49. 49. Classic Set: Those editing (or reading) a Wikipedia article
    50. 50.
    51. 51. Sets (Example)
    52. 52. Connectivist Learning Summary • Born on the Net • Focuses on students being responsible for their own learning • Is emergent and can be disruptive • For advanced learners only??
    53. 53. Conclusion: • the best part of Online Learning– is eclectic allowing student exploration of their own learning needs and gifts. • Need to matching pedagogy, technology, social forms and learning outcomes • Empowerment, lifelong learning and smart (not more) work for teachers
    54. 54. Shameless Plug and Giveaways! Issues in Distance Education Series
    55. 55. • Anderson, T. &Dron, J. (2011). Three generations of distance education pedagogy. International Review of Research on Distance and Open Learning, 12(3), 80-97. 826. • Anderson, T. &Dron, J. (2012). Learning technology through three generations of technology enhanced distance education pedagogy. European Journal of Open, Distance and E-Learning, 2012/2. Retrieved from • Dron, J. & Anderson, T. (in press). Teaching crowds: the role of social media in distance learning Edmonton, Canada: Athabasca University Press.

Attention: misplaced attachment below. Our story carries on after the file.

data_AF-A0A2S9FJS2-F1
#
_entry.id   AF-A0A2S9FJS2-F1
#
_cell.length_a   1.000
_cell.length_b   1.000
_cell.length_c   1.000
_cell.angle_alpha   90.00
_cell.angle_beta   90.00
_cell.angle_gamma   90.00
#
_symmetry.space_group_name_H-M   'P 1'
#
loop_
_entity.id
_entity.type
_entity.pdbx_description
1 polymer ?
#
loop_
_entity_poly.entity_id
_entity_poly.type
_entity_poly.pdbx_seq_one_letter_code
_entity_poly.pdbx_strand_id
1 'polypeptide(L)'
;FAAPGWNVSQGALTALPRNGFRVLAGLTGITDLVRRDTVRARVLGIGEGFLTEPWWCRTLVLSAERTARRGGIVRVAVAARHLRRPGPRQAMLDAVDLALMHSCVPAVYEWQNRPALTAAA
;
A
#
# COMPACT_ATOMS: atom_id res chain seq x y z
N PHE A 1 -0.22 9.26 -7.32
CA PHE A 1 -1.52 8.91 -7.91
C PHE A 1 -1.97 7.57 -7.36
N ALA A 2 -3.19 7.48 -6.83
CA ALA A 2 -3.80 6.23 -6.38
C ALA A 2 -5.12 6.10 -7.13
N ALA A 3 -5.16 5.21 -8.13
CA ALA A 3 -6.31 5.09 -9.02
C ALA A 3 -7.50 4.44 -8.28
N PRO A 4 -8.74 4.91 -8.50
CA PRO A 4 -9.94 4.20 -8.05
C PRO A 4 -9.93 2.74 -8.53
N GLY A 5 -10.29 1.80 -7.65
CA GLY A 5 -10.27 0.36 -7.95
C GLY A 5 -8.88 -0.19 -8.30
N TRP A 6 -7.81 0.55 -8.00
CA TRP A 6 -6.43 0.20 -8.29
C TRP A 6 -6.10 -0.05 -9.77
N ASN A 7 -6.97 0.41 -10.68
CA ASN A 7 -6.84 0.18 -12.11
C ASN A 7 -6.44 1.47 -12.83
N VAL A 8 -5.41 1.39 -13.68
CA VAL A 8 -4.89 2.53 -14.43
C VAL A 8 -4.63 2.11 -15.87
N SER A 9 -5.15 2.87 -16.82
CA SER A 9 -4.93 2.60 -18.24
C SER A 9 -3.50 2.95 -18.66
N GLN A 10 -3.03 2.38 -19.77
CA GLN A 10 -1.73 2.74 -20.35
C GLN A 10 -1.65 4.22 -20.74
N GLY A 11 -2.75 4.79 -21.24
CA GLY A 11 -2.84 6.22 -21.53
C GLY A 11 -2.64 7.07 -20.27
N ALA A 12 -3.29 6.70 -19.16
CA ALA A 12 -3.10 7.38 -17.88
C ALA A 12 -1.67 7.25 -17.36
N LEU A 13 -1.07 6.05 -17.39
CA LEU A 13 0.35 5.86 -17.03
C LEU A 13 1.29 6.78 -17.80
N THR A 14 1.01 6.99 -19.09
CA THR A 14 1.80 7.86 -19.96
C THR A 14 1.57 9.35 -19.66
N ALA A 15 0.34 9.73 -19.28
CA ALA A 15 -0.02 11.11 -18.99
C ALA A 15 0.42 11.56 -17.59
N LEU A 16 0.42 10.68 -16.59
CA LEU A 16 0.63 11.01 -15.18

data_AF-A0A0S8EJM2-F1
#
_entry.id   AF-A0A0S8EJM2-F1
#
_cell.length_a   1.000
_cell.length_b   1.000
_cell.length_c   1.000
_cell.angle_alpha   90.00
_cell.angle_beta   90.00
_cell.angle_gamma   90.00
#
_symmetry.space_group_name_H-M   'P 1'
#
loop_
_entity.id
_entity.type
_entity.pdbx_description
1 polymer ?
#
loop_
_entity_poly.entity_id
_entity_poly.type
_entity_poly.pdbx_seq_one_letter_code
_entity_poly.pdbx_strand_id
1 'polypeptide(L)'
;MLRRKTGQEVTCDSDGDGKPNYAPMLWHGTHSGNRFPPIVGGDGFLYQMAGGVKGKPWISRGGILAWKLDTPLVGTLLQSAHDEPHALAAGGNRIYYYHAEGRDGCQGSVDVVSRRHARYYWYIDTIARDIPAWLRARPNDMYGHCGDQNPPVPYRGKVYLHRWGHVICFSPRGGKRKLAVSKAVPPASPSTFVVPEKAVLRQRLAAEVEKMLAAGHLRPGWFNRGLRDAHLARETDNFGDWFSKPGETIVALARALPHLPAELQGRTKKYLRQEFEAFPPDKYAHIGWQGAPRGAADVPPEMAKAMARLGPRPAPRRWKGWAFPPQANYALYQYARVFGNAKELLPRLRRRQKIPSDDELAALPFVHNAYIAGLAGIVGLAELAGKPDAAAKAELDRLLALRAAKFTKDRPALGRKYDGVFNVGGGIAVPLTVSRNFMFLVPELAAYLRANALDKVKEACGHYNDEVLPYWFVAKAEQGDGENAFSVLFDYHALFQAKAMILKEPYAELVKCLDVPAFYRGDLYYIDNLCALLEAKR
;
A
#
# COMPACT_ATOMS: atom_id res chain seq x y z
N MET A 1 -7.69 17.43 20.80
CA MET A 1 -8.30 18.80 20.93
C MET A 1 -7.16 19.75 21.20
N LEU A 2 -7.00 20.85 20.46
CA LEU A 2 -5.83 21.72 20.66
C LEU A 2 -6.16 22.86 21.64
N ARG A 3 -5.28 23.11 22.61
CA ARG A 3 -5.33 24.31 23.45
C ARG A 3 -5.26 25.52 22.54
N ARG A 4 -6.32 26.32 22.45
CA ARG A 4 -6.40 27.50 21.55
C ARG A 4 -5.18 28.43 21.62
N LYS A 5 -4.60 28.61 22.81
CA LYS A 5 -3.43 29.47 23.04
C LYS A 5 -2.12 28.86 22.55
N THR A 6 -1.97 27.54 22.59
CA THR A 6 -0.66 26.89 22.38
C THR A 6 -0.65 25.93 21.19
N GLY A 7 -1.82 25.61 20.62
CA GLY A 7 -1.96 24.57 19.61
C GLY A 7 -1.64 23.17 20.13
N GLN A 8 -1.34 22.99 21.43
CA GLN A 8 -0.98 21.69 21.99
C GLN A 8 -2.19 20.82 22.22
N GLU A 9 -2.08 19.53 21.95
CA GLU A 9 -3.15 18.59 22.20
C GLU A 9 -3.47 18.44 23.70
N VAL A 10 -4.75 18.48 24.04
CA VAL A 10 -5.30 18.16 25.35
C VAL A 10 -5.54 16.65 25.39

56. 56. Your comments& questions most welcomed! Terry Anderson Blog:
    57. 57. If Time Allows
    58. 58. The Athabasca Story Low learner control • LMS – Moodle Hard • E-Portfolio- Mahara • Social Networking - Elgg High learner control Soft
    59. 59. Case Study : Athabasca Landing
    60. 60. Landing Stats (Sept. 2013)
    61. 61. Individual Control (PLE)
    62. 62. Privacy Control
    63. 63. Groups
    64. 64. Group Example
    65. 65. Nets
    66. 66. Sets
    67. 67. Student view • "I have managed to gain more useful knowledge through one course conducted here on Landing than from all the others combined. ”
    68. 68. Opportunities Challenges • Sharing resources • modeling of product and pacing • “amplified” feedback. • part of a social structure • Confusion and learning curve • Information overload – filtering problems • instrumental learners • Privacy and sharing • Institutional inertia